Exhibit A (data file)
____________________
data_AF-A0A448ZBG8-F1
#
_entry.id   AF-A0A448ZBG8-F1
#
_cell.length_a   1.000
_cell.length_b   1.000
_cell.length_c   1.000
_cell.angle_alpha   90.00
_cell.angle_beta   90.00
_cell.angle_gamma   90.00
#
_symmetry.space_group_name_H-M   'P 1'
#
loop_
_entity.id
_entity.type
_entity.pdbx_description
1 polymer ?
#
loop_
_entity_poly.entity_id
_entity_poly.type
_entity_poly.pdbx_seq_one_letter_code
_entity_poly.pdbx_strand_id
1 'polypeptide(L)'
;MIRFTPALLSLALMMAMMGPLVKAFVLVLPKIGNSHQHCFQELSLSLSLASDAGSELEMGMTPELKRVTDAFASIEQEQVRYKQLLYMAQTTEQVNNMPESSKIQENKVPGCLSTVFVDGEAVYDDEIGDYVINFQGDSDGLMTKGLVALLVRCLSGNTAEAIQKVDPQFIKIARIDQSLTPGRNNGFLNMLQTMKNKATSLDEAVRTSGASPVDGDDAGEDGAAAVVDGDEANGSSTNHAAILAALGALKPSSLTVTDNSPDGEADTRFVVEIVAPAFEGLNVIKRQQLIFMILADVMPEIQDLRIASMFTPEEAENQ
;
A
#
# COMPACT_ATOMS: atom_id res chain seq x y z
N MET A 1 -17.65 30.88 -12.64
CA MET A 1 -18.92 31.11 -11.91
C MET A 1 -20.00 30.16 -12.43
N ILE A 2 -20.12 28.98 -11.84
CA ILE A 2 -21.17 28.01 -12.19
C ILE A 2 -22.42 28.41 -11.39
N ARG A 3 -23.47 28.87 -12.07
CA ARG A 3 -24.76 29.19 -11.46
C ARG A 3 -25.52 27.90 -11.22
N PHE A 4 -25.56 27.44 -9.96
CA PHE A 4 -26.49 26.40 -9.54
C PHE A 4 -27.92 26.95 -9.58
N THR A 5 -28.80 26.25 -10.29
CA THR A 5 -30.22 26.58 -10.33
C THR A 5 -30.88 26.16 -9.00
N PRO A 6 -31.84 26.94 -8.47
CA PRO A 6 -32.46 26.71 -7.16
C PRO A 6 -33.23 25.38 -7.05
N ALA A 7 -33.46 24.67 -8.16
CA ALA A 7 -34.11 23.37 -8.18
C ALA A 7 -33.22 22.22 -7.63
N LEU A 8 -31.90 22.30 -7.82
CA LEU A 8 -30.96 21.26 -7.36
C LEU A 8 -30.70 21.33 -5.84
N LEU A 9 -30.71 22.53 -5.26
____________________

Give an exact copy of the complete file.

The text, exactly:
data_AF-A0A448ZBG8-F1
#
_entry.id   AF-A0A448ZBG8-F1
#
_cell.length_a   1.000
_cell.length_b   1.000
_cell.length_c   1.000
_cell.angle_alpha   90.00
_cell.angle_beta   90.00
_cell.angle_gamma   90.00
#
_symmetry.space_group_name_H-M   'P 1'
#
loop_
_entity.id
_entity.type
_entity.pdbx_description
1 polymer ?
#
loop_
_entity_poly.entity_id
_entity_poly.type
_entity_poly.pdbx_seq_one_letter_code
_entity_poly.pdbx_strand_id
1 'polypeptide(L)'
;MIRFTPALLSLALMMAMMGPLVKAFVLVLPKIGNSHQHCFQELSLSLSLASDAGSELEMGMTPELKRVTDAFASIEQEQVRYKQLLYMAQTTEQVNNMPESSKIQENKVPGCLSTVFVDGEAVYDDEIGDYVINFQGDSDGLMTKGLVALLVRCLSGNTAEAIQKVDPQFIKIARIDQSLTPGRNNGFLNMLQTMKNKATSLDEAVRTSGASPVDGDDAGEDGAAAVVDGDEANGSSTNHAAILAALGALKPSSLTVTDNSPDGEADTRFVVEIVAPAFEGLNVIKRQQLIFMILADVMPEIQDLRIASMFTPEEAENQ
;
A
#
# COMPACT_ATOMS: atom_id res chain seq x y z
N MET A 1 -17.65 30.88 -12.64
CA MET A 1 -18.92 31.11 -11.91
C MET A 1 -20.00 30.16 -12.43
N ILE A 2 -20.12 28.98 -11.84
CA ILE A 2 -21.17 28.01 -12.19
C ILE A 2 -22.42 28.41 -11.39
N ARG A 3 -23.47 28.87 -12.07
CA ARG A 3 -24.76 29.19 -11.46
C ARG A 3 -25.52 27.90 -11.22
N PHE A 4 -25.56 27.44 -9.96
CA PHE A 4 -26.49 26.40 -9.54
C PHE A 4 -27.92 26.95 -9.58
N THR A 5 -28.80 26.25 -10.29
CA THR A 5 -30.22 26.58 -10.33
C THR A 5 -30.88 26.16 -9.00
N PRO A 6 -31.84 26.94 -8.47
CA PRO A 6 -32.46 26.71 -7.16
C PRO A 6 -33.23 25.38 -7.05
N ALA A 7 -33.46 24.67 -8.16
CA ALA A 7 -34.11 23.37 -8.18
C ALA A 7 -33.22 22.22 -7.63
N LEU A 8 -31.90 22.30 -7.82
CA LEU A 8 -30.96 21.26 -7.36
C LEU A 8 -30.70 21.33 -5.84
N LEU A 9 -30.71 22.53 -5.26